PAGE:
Tricky Words in this week's OVI
Defend - the first translation offered in any Slovak-English dictionary for the verb "obhájiť" or "obhajovať". But of course the usual "two translations for each word" rule applies, because "defend" can also be translated as "brániť" (sometimes even "chrániť"). The difference is that "obhájiť" means to defend something abstract, like your opinion, or someone's innocence in court, or the ideas in a university degree dissertation or doctoral thesis, whereas "brániť" means rather to defend something physical, like a city or a castle - or the goal in ice-hockey or soccer. This is in contrast to the champions' title, for which you say "obhájiť". The perfective form of the verb - "Košice obhájili titul" - means that they won it again, but "defend" in English is more like "obhajovať", which is why I think it's clearer to say "Košice SUCCESSFULLY defended their title" by convincingly beating their great rivals SK Slovan Bratislava. Congratulations!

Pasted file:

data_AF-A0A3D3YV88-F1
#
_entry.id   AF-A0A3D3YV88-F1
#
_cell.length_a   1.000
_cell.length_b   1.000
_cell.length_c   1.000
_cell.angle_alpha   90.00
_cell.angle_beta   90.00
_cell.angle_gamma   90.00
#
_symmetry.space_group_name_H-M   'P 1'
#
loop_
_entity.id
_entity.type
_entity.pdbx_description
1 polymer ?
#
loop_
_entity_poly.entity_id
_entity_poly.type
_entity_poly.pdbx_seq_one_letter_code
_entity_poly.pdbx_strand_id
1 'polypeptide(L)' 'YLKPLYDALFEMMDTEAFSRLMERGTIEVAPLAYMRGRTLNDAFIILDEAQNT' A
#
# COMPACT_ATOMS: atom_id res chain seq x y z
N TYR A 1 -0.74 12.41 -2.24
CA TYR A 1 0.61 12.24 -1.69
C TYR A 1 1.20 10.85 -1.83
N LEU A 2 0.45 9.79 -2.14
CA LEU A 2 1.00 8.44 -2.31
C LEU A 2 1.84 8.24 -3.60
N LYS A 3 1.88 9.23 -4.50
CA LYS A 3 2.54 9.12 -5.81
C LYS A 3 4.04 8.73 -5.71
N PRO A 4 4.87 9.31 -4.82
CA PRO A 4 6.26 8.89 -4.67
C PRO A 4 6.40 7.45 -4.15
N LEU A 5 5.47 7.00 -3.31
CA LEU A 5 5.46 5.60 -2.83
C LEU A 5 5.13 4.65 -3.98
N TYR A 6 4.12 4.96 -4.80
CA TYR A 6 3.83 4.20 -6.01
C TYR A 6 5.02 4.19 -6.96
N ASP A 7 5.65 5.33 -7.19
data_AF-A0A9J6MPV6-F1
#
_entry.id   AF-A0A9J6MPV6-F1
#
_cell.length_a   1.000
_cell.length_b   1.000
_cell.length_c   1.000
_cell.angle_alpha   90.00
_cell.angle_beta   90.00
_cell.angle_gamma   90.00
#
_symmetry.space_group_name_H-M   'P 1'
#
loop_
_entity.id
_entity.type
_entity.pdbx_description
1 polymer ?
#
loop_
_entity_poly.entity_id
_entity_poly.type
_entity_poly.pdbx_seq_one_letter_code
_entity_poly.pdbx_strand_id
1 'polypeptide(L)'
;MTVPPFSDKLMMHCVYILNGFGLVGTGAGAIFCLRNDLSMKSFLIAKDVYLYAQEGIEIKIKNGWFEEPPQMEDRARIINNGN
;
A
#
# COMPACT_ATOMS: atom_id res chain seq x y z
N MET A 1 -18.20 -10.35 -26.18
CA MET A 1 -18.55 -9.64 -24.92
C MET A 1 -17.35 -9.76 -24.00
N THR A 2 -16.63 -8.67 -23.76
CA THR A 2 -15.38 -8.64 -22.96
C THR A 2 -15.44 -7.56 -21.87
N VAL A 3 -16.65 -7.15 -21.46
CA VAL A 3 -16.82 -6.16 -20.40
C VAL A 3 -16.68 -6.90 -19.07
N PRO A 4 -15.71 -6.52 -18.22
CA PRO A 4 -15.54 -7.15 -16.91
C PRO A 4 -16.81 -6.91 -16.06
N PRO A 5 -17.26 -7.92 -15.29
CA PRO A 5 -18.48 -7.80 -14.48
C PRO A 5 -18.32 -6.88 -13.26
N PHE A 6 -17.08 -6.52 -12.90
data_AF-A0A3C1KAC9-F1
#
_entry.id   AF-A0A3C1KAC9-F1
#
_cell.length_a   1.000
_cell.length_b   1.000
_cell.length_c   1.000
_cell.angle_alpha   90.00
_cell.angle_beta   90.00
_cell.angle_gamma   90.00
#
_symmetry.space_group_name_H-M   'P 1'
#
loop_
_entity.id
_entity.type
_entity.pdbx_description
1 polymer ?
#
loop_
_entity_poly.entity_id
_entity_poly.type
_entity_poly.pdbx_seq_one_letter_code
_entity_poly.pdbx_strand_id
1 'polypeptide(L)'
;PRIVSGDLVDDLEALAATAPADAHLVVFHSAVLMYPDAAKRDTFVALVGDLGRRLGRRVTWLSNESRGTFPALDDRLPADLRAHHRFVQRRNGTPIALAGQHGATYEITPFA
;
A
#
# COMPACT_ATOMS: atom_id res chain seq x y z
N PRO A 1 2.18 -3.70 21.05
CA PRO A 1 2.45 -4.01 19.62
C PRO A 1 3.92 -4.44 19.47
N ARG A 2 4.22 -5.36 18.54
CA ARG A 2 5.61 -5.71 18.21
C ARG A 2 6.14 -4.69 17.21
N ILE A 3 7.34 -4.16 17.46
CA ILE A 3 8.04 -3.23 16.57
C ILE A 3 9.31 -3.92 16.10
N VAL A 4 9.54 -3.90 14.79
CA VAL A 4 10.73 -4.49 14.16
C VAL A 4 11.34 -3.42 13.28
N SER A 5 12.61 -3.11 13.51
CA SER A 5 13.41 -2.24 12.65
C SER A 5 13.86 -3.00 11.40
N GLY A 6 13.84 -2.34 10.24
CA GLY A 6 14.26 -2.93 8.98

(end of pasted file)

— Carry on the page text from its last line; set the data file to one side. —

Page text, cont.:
This week's topic is the contrasting of questions in English and Slovak. The first difference is that Slovak questions are formed with a single verb ("ideš domov?"), whereas probably 90 per cent of English questions require two verbs, one small (pomocné) and one big (hlavné) - Are you going home? Only very simple English questions use one verb (Are you happy?), or questions about "Kto? Čo?", like "Who broke the window?" or "What happened next?". The next difference is in word order, because personal pronouns (you, she, they) are necessary in English, and they switch positions with the small verb (What are you doing? Did she say anything?). The third thing is that negatives are risky in English questions. The typical Slovak "Prosím Vás, neviete ...?" must be positive in English: "Excuse me, do you know ...?", because "don't you" sounds like "ako to, že neviete?", which is rather aggressive.
Už po osemnásty raz budeme môcť prostredníctvom firemnej iniciatívy Stromček prianí urobiť počas najkrajších sviatkov roka radosť aj celkom neznámym deťom.